Jack Morton UK
Fri, 05 Aug 2016 14:57:45 GMT
Donald Trump is the man who outmarkets the marketers. His rise is the story of modern marketing. Whether by design or instinct, he effortlessly weaves together the trends and tropes you and I talk about every day. And in doing so, he’s turned US politics on its head. So…what lesson should we take as marketers?
Disruption, and the disruptive disruptors who disrupt
Disruption, like innovation, is constantly talked about in agency-land and rarely achieved.
‘The’ Donald, on the other hand, hasn’t so much disrupted the usual party process as laid waste to it, and all who stand before him. It’s why they call him 'The Chaos Candidate'.
To be disruptive requires a weakness in the existing order. In this case, the growing chasm between the political class and the white working classes. The politicians seem aloof, privileged, unreal. They never swear. They say things like ‘a raft of initiatives’. Donald - yes, trust-funded, privately schooled Ivy Leaguer Donald - is different. J.D. Vance, author of the must-read 'Hillbilly Elegy', understands the draw: “What elites see as blunders, people back home see as someone who - finally conducts themselves in a relatable way. He shoots from the hip; he’s not constantly afraid of offending someone; he’ll get angry about politics; he’ll call someone a liar or a fraud. This is how a lot of people in the white working class actually talk about politics".
Like UKIP’s Nigel Farage, who led the charge for Brexit in the UK, Trump knows his audience and speaks directly to them. In doing so, he highlights the sterile, media-trained norms. Like BrewDog’s epic “formal apology to Portman Group for not giving a shit”, the very act of talking normally shows who isn’t. Trump displays, at least on the surface, that very ‘human’ essence that all brands want to achieve – a relatable, authentic persona. But maybe Trump has pioneered a new variation: ‘fauxthentic’
The Twenty-Teens has been the decade of emotional advertising (sorry, ’storytelling’). Instead of BOGOF and sales, large parts of the industry have decided that the best way to make you buy products and use services is to make you cry.
Trump eschews ‘sadvertising’, but his appeal to the emotions is just as strong. He is, to put it charitably, a bit light on coherent policy, but in ‘Make America Great Again’, he has a great emotional tagline. Like Vote Leave's ’Take Back Control’, it’s universal yet personal. It’s vague enough that anyone can hang their own meaning on it. It’s ‘Belong Anywhere’. It’s ‘Just Do It’.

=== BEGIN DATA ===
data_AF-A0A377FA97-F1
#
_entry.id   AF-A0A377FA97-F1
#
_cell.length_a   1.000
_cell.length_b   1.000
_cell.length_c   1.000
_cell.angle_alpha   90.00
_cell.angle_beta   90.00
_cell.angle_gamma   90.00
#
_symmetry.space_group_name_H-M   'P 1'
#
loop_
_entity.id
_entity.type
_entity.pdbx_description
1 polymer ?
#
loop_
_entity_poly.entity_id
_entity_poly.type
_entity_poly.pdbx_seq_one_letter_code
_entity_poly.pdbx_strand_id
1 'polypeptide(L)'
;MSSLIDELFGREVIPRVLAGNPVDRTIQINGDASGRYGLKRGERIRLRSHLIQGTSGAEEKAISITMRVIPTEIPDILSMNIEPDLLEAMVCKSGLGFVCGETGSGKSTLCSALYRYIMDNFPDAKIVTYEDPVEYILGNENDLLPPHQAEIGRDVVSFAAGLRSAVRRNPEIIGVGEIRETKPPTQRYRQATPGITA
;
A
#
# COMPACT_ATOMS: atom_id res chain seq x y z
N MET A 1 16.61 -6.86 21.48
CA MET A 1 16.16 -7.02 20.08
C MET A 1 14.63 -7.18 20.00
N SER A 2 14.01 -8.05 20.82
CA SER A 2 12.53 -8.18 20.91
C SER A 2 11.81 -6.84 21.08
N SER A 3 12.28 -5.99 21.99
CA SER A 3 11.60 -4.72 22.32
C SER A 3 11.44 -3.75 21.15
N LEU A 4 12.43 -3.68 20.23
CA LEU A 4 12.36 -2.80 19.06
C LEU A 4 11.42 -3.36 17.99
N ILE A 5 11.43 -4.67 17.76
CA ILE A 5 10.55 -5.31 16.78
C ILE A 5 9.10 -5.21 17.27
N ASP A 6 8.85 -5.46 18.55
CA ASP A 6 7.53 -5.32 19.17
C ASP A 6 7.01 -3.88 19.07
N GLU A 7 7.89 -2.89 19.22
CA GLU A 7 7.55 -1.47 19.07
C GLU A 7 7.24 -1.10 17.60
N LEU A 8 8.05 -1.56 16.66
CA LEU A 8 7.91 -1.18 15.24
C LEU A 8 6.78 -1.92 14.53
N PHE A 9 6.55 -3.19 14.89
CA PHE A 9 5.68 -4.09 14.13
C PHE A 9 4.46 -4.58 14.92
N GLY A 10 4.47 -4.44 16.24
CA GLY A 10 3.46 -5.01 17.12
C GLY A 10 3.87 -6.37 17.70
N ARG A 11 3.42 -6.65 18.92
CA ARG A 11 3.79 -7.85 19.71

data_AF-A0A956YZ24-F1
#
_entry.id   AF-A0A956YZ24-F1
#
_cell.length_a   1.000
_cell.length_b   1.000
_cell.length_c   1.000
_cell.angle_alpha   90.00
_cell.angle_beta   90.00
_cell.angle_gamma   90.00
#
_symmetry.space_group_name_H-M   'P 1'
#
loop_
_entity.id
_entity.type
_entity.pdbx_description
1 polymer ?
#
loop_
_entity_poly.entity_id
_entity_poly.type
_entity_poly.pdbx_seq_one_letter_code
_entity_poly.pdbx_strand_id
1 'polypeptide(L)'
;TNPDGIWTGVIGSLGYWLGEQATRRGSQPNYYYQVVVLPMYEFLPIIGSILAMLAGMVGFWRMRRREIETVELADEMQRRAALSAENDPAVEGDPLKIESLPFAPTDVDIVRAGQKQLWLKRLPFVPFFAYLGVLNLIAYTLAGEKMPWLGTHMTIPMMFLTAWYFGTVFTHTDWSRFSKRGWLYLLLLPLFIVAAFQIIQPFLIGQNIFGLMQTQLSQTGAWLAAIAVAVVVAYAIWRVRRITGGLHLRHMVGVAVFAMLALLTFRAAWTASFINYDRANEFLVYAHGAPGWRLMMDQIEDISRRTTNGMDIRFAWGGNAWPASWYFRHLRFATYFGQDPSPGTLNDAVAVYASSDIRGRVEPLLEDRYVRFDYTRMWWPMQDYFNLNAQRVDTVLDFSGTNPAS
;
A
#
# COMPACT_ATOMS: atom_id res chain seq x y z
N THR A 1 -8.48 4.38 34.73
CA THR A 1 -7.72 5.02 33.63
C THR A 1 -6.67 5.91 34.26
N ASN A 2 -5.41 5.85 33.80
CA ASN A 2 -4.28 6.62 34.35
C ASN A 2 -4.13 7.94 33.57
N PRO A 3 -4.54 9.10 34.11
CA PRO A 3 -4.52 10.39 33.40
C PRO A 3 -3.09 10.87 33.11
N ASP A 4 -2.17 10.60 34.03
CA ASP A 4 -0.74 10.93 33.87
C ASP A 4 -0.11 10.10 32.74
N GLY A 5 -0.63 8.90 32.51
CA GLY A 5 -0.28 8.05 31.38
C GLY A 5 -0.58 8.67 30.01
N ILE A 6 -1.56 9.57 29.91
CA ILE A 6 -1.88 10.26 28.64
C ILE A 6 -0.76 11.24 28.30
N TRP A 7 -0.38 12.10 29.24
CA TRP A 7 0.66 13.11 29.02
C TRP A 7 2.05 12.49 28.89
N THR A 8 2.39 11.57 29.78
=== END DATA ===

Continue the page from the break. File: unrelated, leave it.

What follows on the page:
(Of course, this isn’t unique to The Donald: ‘Yes we can’, anyone? And Bernie’s ‘America' ad wasn’t exactly overflowing with rational talking points).
His emotionally-led treatment of other candidates is an object lesson in Trott-style Predatory Thinking. He’s not out to win on his merits, he’s out to mercilessly beat his opponents. Crooked Hillary, Little Marco, Low-Energy Jeb: these have become part of the conversation. They’ve become memes. To some, they’ve become the truth.
How Trumps grow
For years, Trump was little more than a perma-tanned business guy with a deep-seated need to put his name on things: clothes, buildings, vodka, steaks, fragrance, university, casino, chocolate, board games… the list goes on (and on). It made him a figure of fun… with huge name recognition. And the Mere Exposure Effect tells us that familiarity doesn’t breed contempt – it breeds positive feelings and likeability. So while it gave Obama a killer line at the White House Correspondents Association dinner, Trump’s time on The Apprentice and naming-mania are exactly the kind of facilitated recognition to build Memory Structures on which Prof. Byron Sharp has built his reputation.
With an estimated $1bn in earned media in July alone, those Memory Structures are staying refreshed. And of course, in one of the most powerful self-supporting media feedback loops since Gangnam Style, each piece of coverage raises his profile, generating more coverage, increasing profile and so on.
High stakes, big data
Interestingly, Hillary’s game is, if anything, more current. Thomas Gensemer, former CEO of Blue State Digital (the team behind Obama’s 2008 campaign), describes a changing role for digital in the Presidential race: if 2004, 2008 and 2012 were fundraising, this year it’s data driving targeted PR & advertising. Journalists have come to expect greater and greater access to candidates, and they certainly do via Twitter (no prizes for guessing which candidate described themselves as “the Ernest Hemingway of 140 characters”. Hillary’s ‘Programmatic PR’ approach means that her campaign is picking and choosing which journalists and outlets to speak to, using data-crunching dashboards to work out who will get her message to the right audience at the right time. Her TV strategy is the same: you won’t see huge national attack ads, you will (if you’re a voter in marginal state) see highly-targeted ads on specific issues, driven by data.
So which model will prevail: Hillary’s big-data corporation or Donald’s maverick start-up?
And what’s the lesson for our industry? Trump displays all the outward signs that we as marketers strive to achieve for brands – emotionally-driven, human, authentic, and it’s energised a fervent fanbase. Yet, ‘outward’ is the operative word here.
It remains to be seen whether this fauxthenticity can carry him through to November and ultimately, whether the story of Trump will be simply a curiosity, or actually a cautionary tale about the tools at our disposal. ‘Yes we can’ doesn’t always mean ‘yes we should’.
Caspar Mason is a Senior Creative Strategist at Jack Morton